Here are the most visited, shared, and referenced articles from IMPACTS Experience in 2020.
What a year! As we all get ready to put 2020 behind us, our team at IMPACTS Experience has stopped to take stock of the articles cultural executives found most valuable this year.
It was a unique year with new challenges facing the cultural sector, to say the least. We started in January by publishing articles every other week, but when the pandemic struck and the national emergency was announced in March of 2020, our schedule changed dramatically. We secured additional funding from foundation partners to monitor the pandemic’s impact on perceptions and behaviors surrounding visitor-serving organizations such as museums and performing arts organizations. To be helpful to the sector, we published articles twice per week tracking sentiments over time (e.g. data on what will make people feel safe) for several months. Though this makes the traditional countdown a bit more complicated this year, fear not, cultural comrades, for we’ve grouped data updates together on this list! And they’ve already proven helpful to our plans for more updates to aid your strategic directions in 2021.
It will be a better year, gosh darn it!
Though we published data in 2020 related to the increasing credibility of museums, why millennials donate, access challenges, and how much time people are spending online while in quarantine, readers were understandably most interested in the direct impacts of the pandemic. Here are the top ten most viewed, shared, and referenced articles on this website in 2020.
“In my 25 years in executive roles at cultural organizations, I’ve had to lead through challenging times. Based on my experience and now working with a research firm to guide these entities, here are four things to keep in mind.” This year was rough. My colleague, Jim Hekkers, gets it. This article outlines Jim’s four pillars for leadership in difficult times.
We share a great deal of data on this website, but the popularity of this article is a good reminder that the data can be meaningless if it isn’t considered and used by thoughtful leaders – especially in times of hardship.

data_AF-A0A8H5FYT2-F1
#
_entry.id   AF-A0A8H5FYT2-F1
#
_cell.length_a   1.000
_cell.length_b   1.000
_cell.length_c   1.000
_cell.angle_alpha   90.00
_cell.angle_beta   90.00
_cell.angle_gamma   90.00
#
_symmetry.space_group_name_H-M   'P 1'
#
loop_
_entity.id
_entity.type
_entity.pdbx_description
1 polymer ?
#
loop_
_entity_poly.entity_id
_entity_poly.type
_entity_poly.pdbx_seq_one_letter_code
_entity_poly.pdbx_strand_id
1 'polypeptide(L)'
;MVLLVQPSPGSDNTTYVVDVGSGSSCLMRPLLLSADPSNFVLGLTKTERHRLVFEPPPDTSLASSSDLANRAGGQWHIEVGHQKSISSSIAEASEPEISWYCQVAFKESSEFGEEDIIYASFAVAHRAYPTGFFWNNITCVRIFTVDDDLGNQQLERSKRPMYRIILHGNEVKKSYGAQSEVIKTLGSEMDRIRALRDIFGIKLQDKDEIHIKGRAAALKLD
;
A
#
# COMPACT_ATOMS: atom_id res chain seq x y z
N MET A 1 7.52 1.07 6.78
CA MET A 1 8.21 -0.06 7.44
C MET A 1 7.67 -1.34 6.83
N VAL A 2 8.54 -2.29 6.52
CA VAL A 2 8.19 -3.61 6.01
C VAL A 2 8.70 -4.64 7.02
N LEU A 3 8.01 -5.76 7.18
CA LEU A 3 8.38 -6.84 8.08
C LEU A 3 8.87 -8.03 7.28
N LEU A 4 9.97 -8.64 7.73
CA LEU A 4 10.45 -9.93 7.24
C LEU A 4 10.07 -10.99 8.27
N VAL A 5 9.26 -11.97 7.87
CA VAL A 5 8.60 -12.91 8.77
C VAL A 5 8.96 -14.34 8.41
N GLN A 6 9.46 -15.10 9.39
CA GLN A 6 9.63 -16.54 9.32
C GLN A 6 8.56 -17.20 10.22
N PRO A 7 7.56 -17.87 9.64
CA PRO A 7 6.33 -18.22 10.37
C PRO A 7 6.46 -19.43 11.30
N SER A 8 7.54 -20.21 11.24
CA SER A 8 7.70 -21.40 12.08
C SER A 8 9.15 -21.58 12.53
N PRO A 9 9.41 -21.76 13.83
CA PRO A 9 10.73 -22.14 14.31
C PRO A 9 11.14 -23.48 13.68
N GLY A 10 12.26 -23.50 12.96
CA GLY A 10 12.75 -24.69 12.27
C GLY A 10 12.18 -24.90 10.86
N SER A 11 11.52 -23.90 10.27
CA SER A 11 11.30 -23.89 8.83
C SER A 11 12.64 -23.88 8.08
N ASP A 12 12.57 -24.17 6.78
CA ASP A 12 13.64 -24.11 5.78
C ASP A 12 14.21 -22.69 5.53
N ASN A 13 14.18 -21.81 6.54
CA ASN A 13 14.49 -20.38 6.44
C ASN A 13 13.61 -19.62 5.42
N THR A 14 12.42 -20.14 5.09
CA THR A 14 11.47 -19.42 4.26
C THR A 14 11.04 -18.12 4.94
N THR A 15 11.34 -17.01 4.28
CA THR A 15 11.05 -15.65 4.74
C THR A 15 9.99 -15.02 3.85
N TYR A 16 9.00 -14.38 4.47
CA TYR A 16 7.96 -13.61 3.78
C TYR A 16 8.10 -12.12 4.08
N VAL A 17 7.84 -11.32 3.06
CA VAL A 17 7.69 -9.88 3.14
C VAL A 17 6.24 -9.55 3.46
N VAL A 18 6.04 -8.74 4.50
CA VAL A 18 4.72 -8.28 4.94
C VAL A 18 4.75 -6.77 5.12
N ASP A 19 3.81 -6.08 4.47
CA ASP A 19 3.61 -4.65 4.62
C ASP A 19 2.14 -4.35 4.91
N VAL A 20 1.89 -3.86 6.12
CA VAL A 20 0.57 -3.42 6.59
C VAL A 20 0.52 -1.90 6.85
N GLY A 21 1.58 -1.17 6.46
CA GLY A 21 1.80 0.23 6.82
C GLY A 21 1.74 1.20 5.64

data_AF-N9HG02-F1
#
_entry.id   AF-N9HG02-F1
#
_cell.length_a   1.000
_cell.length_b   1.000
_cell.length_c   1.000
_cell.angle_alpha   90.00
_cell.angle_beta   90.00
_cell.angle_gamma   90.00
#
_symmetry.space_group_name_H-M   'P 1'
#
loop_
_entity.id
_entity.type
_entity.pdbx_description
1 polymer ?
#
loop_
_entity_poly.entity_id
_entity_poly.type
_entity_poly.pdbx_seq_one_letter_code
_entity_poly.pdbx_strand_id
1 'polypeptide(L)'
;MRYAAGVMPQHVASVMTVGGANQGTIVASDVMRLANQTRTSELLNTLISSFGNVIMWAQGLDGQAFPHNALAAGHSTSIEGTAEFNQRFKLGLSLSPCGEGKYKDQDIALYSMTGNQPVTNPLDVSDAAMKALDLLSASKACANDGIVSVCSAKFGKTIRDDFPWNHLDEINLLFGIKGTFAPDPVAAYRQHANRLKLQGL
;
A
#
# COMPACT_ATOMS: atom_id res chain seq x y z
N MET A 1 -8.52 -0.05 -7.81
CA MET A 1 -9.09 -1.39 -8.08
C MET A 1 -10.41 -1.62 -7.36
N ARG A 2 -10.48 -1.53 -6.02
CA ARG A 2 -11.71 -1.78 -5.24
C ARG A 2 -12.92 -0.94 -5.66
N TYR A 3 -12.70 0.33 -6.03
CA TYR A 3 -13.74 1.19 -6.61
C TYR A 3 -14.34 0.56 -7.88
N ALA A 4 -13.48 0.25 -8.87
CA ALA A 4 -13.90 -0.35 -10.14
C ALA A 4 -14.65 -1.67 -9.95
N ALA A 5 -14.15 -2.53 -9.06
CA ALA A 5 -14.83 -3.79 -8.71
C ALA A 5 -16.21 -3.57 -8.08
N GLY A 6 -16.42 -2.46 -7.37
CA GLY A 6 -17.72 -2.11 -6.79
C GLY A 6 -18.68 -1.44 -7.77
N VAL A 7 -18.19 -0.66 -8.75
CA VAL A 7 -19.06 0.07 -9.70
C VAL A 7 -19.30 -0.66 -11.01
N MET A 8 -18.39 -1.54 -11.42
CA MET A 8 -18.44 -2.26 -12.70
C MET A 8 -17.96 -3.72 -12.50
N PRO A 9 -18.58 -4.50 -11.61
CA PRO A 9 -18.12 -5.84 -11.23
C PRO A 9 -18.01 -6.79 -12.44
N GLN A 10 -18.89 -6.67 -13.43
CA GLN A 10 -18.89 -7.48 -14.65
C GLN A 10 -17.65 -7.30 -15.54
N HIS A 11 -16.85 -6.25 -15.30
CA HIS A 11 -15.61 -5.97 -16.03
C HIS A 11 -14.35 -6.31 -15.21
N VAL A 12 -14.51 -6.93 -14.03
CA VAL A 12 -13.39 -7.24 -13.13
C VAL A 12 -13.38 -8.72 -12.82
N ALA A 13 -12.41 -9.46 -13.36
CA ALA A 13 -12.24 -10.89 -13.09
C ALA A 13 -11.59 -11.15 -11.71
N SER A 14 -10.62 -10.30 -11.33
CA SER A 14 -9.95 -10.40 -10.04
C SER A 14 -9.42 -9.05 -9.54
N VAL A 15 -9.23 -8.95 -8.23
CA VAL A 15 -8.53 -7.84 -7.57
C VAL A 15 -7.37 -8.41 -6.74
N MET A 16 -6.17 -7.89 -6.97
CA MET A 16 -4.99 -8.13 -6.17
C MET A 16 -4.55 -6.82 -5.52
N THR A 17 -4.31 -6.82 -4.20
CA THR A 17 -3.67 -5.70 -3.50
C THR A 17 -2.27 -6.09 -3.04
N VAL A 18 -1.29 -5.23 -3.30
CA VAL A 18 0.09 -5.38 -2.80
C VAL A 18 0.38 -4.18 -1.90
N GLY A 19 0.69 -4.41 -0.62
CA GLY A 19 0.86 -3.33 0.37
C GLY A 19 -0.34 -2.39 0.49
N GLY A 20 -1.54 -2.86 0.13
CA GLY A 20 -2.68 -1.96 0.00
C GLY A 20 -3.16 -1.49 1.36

2020 brought a pandemic, fires, hurricanes, an economic recession, and – unsurprisingly – major changes in the top reasons why people with interest do not attend museums and performing arts organizations. Not one but two major barriers to visitation emerged as top forces keeping people from coming in the doors of cultural entities in 2020 that were either not around or were significantly less impactful in 2019. Here’s how top barriers changed between September of 2019 and September of 2020.
Data suggests that members and subscribers may be particularly important target audiences upon reopening. This article kicked off an important conversation this year on this site regarding these critical advocates and why they are so important for pandemic-related recovery. We built upon this article over time by sharing even more information about members and subscribers, including data on what makes them feel safe and how their demographics generally differ from those of other guests.
If museums and performing arts entities were all reopened and did not need to limit capacity, what level of attendance could they expect to achieve throughout 2020? This article shares the broad market potential expectations for both exhibit-based and performance-based cultural entities as determined by data-informed modeling efforts. The goal of this article was to provide a quantitative benchmark within the sector for planning purposes. We look forward to sharing updated market potential for the sector in January for 2021 and beyond.
To what extent will guests attend in the near term, or when cultural organizations reopen? While national trends shine a light on intentions to visit and general perceptions surrounding cultural entities during the pandemic, we did see regional variance – particularly at the start of the pandemic when different cities had different infection rates and were reacting differently to the virus. These four factors were the most common reasons for some regional variance during 2020. They are likely to continue to provide insight moving forward as vaccinations roll out and the presidential administration changes.
Heads-up: IMPACTS Experience is able to cut near-real-time data on perceptions and behaviors surrounding specific organization types and regions/cities for interested organizations. We’re also able to provide market potential analysis for attendance planning. While we provide national analysis on this site, we have data ready to be of service to individual entities as well.
This article discusses three operational areas that represented common weaknesses in the business models of cultural entities prior to COVID-19 that were exacerbated during the pandemic. Consideration of these areas proved crucial for organizational survival, in some cases. And patching them up quickly provided an opportunity to transform some weak spots into superpowers – such as digital engagement. This article was written while many entities were closed (that’s referring to round one for some regions that are now experiencing round two of closures, or who never got a chance to reopen at all). Still, these areas were and remain valuable to consider from a data-informed standpoint as entities move into 2021.